Poker machine law in NSW has long been a contentious issue. Poker machines make a lot of money for clubs and hotels, so theyre understandably resistant to legislative changes that would affect their profits. On the other hand, an estimated 95,000 Australian pokie players are problem gamblers, so minimising harm from gambling needs consideration.
With the recent election non-result, pokie reform is in the spotlight. Tasmanian independent Andrew Wilkie is demanding nationwide pokie reforms, an issue that would influence his decision to back either Gillard or Abbott.
At the end of June 2010 the Australian Governments Productivity Commission released its Gambling Inquiry report, which made a number of recommendations for minimising harm.
In NSW the law surrounding pokies is contained in the NSW Gaming Machines Act, which was amended in 2008 and again in 2009, with the introduction of new measures aimed at more responsible gambling.
Its mandatory for gaming venues to place warnings about gambling at venue entrances and on machines, and to provide contact details for counselling services. And its illegal for venues to try to attract people outside to come inside for the purpose of gambling. Prize money over $2,000 must be paid by cheque or electronic transfer, so that winnings cant be immediately gambled.
ATMs and EFTPOS facilities are banned from gaming areas of clubs and hotels, and you cant get a credit card cash advance anywhere in the venue.
The maximum bet per spin (button push) is $10, compared to $5 in VIC and QLD. The Commission recommended reducing the maximum bet to $1 per spin, to limit the cost of play per hour in NSW to an average $120, instead of $1200.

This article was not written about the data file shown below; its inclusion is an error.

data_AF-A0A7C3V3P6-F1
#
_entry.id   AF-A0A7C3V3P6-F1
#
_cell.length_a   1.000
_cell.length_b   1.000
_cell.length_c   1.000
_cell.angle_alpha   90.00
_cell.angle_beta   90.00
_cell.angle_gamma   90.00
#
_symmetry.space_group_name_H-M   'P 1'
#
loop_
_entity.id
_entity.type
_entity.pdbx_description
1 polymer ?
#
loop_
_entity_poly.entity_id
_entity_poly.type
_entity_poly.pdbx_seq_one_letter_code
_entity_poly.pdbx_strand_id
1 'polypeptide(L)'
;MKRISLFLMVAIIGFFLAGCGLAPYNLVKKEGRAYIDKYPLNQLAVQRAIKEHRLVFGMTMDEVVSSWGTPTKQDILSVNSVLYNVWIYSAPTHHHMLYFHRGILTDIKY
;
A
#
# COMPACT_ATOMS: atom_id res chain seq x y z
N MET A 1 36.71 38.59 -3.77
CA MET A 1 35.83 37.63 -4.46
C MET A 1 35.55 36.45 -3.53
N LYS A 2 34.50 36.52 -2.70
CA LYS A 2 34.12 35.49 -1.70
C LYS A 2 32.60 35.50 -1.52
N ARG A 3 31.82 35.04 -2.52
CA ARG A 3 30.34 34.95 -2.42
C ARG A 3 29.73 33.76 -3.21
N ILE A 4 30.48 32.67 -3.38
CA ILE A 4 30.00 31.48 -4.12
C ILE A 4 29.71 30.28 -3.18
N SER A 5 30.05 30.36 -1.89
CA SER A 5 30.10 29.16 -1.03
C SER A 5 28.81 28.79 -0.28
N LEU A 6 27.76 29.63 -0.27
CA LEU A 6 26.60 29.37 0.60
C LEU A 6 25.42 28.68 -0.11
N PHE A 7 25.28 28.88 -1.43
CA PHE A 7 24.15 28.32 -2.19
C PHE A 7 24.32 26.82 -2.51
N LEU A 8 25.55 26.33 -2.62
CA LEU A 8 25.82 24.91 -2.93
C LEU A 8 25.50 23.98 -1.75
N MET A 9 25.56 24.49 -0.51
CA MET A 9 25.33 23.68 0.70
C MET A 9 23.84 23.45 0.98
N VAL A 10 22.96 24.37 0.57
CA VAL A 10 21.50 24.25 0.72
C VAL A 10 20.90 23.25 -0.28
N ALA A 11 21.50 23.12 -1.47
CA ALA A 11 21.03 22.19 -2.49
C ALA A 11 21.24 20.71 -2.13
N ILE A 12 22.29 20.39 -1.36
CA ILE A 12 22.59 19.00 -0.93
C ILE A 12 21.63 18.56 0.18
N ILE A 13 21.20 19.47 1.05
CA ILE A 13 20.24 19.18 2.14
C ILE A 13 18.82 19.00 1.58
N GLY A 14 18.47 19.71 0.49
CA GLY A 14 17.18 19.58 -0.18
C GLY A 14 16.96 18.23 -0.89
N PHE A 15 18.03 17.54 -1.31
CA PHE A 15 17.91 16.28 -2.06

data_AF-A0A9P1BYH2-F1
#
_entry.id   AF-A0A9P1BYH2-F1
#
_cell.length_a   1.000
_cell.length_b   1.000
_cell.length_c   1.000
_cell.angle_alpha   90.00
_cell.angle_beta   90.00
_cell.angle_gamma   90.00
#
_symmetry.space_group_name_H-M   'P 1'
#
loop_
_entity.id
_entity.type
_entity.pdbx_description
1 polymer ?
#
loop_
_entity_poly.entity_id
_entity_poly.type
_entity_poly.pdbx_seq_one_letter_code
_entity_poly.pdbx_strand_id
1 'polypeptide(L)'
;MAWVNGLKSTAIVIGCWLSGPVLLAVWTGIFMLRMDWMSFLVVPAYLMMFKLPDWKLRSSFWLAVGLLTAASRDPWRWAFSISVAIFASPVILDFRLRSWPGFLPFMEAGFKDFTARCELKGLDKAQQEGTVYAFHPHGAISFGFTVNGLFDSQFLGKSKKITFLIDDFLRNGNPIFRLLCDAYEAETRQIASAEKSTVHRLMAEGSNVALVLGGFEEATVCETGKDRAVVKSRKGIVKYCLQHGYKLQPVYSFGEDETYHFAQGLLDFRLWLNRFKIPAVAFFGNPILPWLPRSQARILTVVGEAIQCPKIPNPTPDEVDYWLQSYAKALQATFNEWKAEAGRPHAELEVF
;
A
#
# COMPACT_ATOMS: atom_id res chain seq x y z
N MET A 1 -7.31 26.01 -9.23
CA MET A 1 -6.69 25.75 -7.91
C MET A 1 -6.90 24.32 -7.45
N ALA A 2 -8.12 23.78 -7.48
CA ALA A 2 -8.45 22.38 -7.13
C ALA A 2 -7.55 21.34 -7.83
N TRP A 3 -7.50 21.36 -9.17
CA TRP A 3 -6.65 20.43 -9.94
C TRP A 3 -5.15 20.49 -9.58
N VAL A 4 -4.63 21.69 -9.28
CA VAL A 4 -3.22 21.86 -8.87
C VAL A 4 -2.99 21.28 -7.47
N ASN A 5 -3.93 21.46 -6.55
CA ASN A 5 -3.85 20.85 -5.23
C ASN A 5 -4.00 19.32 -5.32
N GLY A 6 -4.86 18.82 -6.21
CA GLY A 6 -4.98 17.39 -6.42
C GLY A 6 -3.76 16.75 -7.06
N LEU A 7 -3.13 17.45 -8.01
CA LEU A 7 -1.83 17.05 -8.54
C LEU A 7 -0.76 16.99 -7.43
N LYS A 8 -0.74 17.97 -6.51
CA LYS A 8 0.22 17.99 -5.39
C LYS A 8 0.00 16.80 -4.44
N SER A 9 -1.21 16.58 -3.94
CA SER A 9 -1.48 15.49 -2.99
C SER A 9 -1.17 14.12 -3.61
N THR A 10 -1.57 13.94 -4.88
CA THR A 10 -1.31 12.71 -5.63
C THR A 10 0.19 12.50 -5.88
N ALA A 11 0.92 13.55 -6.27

NSW pokie players can put as much as $10,000 into a machine at the start of play, compared to only $100 in QLD. The Commission recommended reducing the cash input limit to $20.
There is a cap of 99,000 poker machines allowed in NSW (its 30,000 in VIC). Venues have to apply for permission to increase their number of machines, which may involve submitting a local impact assessment.
And there is a mandatory shut-down period for pokies between 4am and 10am. The Commission recommended that shut-down periods commence no later than 2am in order to more effectively minimise harm.
The Commission also recommended introducing pre-commitment systems, where gamblers can set limits, such as a maximum spend, which they would have to comply with once set. While this would be potentially costly to venues, requiring a new central monitoring system that stores private information securely, the Commission proposed a staggered implementation, to be achieved by 2016.
As yet, the NSW government has not initiated any of the recommended changes. There is a call for the federal government to weigh in.